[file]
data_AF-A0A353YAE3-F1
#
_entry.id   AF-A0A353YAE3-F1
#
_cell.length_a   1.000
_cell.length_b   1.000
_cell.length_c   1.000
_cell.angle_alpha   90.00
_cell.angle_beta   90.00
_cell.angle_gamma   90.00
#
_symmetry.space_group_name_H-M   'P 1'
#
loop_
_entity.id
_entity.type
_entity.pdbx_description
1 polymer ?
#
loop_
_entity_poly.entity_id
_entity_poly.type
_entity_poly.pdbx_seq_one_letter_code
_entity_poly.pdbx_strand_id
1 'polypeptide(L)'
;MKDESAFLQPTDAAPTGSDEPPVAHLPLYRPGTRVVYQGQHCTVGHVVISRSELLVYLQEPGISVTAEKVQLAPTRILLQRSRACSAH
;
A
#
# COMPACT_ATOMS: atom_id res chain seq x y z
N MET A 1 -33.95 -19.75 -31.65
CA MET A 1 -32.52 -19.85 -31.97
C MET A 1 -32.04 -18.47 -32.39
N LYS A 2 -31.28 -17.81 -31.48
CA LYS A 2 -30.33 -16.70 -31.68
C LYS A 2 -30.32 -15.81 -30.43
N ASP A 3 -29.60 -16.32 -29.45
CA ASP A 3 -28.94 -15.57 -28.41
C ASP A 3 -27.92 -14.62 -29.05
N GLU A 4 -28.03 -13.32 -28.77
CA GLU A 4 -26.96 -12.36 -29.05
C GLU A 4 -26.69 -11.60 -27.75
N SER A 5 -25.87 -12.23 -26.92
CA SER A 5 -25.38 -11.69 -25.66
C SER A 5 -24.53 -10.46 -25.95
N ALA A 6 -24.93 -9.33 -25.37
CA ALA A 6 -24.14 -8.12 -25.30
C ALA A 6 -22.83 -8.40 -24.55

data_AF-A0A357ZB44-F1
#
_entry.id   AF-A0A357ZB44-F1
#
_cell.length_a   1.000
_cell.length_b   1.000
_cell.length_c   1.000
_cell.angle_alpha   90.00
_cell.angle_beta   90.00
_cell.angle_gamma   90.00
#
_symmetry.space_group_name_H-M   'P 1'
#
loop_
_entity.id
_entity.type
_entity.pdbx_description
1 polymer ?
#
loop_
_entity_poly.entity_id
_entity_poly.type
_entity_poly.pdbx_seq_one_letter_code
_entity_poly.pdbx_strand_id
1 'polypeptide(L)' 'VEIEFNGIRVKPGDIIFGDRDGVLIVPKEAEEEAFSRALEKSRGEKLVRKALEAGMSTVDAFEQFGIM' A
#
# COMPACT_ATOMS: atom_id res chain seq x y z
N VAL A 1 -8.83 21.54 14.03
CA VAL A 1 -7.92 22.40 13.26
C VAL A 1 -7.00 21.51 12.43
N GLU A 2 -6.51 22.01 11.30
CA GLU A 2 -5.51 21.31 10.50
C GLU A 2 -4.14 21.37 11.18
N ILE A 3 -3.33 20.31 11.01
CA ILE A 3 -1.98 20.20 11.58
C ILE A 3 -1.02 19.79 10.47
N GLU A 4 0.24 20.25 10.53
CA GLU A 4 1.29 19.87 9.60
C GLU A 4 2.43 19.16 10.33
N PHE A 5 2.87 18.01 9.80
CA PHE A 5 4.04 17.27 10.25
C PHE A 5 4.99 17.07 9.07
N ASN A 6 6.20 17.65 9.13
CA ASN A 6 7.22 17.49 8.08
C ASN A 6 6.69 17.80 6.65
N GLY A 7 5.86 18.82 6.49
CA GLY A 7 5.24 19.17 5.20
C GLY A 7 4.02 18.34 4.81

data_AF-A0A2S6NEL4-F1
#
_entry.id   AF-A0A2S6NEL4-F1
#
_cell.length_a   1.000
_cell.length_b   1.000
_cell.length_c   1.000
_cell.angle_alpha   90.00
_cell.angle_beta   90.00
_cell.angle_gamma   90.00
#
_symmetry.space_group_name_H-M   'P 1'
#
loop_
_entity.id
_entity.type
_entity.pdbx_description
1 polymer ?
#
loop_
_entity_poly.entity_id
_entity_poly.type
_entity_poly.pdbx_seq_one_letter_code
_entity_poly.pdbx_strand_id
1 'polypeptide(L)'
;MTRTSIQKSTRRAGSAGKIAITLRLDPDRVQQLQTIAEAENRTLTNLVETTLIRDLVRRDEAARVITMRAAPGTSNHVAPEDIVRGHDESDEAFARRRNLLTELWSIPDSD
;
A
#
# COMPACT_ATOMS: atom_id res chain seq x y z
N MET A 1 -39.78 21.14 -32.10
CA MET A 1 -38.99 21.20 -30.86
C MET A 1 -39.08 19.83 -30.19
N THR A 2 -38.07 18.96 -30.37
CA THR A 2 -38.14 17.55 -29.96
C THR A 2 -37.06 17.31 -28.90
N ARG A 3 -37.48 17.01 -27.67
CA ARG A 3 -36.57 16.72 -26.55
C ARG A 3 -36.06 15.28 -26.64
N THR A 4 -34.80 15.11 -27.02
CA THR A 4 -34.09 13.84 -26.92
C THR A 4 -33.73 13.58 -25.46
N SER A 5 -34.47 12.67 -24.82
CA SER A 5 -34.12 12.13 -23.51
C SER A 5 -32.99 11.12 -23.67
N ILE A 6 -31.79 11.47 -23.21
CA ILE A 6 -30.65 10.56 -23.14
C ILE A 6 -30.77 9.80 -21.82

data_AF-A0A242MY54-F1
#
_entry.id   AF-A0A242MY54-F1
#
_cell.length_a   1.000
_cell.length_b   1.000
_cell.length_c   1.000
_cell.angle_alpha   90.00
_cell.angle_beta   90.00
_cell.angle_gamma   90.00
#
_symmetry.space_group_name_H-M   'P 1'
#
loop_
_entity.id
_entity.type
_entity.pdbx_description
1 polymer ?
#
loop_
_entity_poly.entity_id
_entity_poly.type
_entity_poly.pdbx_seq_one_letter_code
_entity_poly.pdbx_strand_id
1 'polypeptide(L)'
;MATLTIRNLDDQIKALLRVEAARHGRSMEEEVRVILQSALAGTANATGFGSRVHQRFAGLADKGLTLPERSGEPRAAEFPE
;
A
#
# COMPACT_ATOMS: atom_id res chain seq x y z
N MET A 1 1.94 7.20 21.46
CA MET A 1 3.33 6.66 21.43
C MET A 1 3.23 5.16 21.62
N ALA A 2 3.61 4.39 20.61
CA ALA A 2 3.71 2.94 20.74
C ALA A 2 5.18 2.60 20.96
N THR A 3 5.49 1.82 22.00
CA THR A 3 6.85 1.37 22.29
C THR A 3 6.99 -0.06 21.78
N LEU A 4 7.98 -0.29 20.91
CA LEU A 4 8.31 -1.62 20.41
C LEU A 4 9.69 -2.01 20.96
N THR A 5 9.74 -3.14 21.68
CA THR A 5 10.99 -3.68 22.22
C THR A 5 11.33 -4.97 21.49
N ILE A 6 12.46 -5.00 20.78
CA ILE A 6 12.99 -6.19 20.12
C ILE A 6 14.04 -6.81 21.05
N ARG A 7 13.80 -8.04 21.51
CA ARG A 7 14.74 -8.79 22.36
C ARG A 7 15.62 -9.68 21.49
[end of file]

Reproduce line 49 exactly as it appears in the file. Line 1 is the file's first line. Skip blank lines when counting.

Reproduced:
data_AF-A0A357ZB44-F1